ROM 50 hyperextension Forward flexion Internal rotation Abduction adduction External rotation

The Elbow :

The Elbow Elbow: inspect Medial & lateral Epicondyles, Olecranon process.


Elbow Inspection and palpation : flex the elbow to about 70 degree and identify medial and lateral epicondyle and olcranon process. Note any nodules and swelling tenderness, displacement Normal: fairly solid joint Abnormalities: Soft, boggy, or fluctuating swelling (in synovial thickening or effusion) Subluxation of the elbow: forearm dislocated posteriorly Swelling and redness of the olecranon bursa ROM: Flexion/extension Pronation/supination Muscle strength

Wrist and Hand:

Wrist and Hand Inspection : Observe the position of the hand. Movement is smooth and natural. Swelling over the joint The skin smooth with knuckle wrinkles Note any deformities of the wrist, hand, finger bones, angulation from radial and ulnar deviation. Thickness of the flexor tendons or flexion contractures in the fingers.

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Palpation: wrist (carpal, metacarpal, phalanges, metacarpophalangeal (connect the palm with the fingers), & interphalangeal joints (proximal, middle and distal, the radial styloid bone). Squeeze the metacararpophalangeal joint between your thumb and fingers. Normally: smooth with no bogginess, nodules, tenderness. Loss of ROM is the most common and significant functional loss of the wrist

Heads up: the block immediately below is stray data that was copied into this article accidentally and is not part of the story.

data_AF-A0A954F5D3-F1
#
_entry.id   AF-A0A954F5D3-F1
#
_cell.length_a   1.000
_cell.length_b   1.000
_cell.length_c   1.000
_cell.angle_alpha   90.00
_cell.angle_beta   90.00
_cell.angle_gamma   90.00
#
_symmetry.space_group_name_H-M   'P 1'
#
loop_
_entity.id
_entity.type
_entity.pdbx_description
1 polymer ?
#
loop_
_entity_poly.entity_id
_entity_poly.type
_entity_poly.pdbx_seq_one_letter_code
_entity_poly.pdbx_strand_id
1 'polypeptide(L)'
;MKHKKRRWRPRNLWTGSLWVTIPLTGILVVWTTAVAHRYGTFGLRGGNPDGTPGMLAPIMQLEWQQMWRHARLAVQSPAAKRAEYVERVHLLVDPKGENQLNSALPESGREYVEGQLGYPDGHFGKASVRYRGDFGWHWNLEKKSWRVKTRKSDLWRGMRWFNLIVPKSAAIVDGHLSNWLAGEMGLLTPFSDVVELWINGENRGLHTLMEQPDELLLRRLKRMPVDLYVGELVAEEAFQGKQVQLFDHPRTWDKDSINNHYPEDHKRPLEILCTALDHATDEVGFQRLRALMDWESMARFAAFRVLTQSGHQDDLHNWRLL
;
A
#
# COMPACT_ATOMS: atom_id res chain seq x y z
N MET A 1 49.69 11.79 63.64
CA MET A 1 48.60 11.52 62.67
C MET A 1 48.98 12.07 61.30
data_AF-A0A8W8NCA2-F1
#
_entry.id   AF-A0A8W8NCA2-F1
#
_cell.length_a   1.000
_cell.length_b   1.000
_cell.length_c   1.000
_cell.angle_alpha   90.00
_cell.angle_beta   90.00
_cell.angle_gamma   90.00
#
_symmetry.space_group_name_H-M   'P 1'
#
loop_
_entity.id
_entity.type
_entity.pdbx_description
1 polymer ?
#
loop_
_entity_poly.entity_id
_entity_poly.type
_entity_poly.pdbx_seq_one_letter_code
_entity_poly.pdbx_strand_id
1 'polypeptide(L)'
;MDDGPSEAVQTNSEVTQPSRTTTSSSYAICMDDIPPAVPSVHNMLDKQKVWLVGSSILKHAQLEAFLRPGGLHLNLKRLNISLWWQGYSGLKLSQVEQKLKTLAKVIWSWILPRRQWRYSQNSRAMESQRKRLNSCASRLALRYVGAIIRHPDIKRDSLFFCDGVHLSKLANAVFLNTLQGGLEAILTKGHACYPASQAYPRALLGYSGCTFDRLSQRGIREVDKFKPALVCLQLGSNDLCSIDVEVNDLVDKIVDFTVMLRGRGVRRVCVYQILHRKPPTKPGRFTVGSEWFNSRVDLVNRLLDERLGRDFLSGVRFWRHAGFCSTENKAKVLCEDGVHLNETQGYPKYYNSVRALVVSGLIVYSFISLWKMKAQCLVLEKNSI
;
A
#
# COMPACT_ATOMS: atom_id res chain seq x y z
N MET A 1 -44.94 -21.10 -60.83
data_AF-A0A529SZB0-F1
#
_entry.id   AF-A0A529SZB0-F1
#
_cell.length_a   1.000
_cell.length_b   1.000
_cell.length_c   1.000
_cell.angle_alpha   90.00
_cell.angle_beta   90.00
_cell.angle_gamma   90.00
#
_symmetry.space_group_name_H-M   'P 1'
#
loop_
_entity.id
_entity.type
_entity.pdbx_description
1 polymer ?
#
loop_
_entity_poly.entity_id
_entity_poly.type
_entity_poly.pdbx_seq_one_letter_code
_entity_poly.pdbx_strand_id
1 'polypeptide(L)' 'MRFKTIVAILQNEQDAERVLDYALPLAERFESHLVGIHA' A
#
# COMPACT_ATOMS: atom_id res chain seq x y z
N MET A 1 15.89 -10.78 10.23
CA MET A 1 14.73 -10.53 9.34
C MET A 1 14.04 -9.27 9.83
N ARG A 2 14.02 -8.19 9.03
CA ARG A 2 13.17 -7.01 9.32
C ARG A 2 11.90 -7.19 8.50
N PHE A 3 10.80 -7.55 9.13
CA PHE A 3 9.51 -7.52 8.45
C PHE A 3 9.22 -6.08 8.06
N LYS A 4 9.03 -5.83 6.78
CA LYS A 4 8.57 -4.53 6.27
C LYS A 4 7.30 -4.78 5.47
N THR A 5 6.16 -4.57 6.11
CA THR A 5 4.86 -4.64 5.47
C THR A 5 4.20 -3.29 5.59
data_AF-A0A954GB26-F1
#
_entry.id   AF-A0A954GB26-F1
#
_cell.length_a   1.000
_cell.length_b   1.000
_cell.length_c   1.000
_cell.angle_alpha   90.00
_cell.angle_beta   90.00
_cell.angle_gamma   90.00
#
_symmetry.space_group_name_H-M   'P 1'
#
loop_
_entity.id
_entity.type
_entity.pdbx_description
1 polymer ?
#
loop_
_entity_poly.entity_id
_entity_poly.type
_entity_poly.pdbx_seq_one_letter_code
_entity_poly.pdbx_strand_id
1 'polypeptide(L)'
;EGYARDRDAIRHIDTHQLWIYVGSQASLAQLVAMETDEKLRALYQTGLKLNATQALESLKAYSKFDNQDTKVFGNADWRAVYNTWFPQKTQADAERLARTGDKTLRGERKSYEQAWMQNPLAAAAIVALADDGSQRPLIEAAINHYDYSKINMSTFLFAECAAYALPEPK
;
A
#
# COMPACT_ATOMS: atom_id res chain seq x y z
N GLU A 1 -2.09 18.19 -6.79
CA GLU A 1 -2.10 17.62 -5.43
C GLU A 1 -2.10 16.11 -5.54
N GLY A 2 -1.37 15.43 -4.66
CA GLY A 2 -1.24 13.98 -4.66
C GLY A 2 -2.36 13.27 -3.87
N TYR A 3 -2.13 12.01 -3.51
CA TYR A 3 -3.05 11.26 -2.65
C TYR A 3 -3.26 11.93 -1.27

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Palpate the anatomic snuffbox: Snuffbox Palpate each joint individually

Wrist and Hand:

Wrist and Hand Muscle strength Wrist ROM: Flexion/extension -radial and ulnar deviation

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Fingers ROM for the hand: Flexion and extension : Ask patient to make a tight fist and then extend and spread the fingers. Flexion and extension: abduction/adduction : ask patient to spread the fingers apart and then bring them together Grip strength: ask the person to flex the wrist against your resistance

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Touch the thumb to each finger and to the base of little finger

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Test sensation of fingers:

Special Test:

Special Test Phalen ’ s test Hold both hands back-to-back while flexing the wrist in 90 degrees for 60 seconds Normal finding: no pain If numbness & burning produced, is a positive sign for tunnel syndrome. Tinel sign: Directly percuss over the median nerve at the wrist Normally, no pain If pain, burning & tingling produced along the nerve, the patient have Positive Tinel ’ s sign and indicate Carpal Tunnel Syndrome

The Hip:

The Hip

The Hip :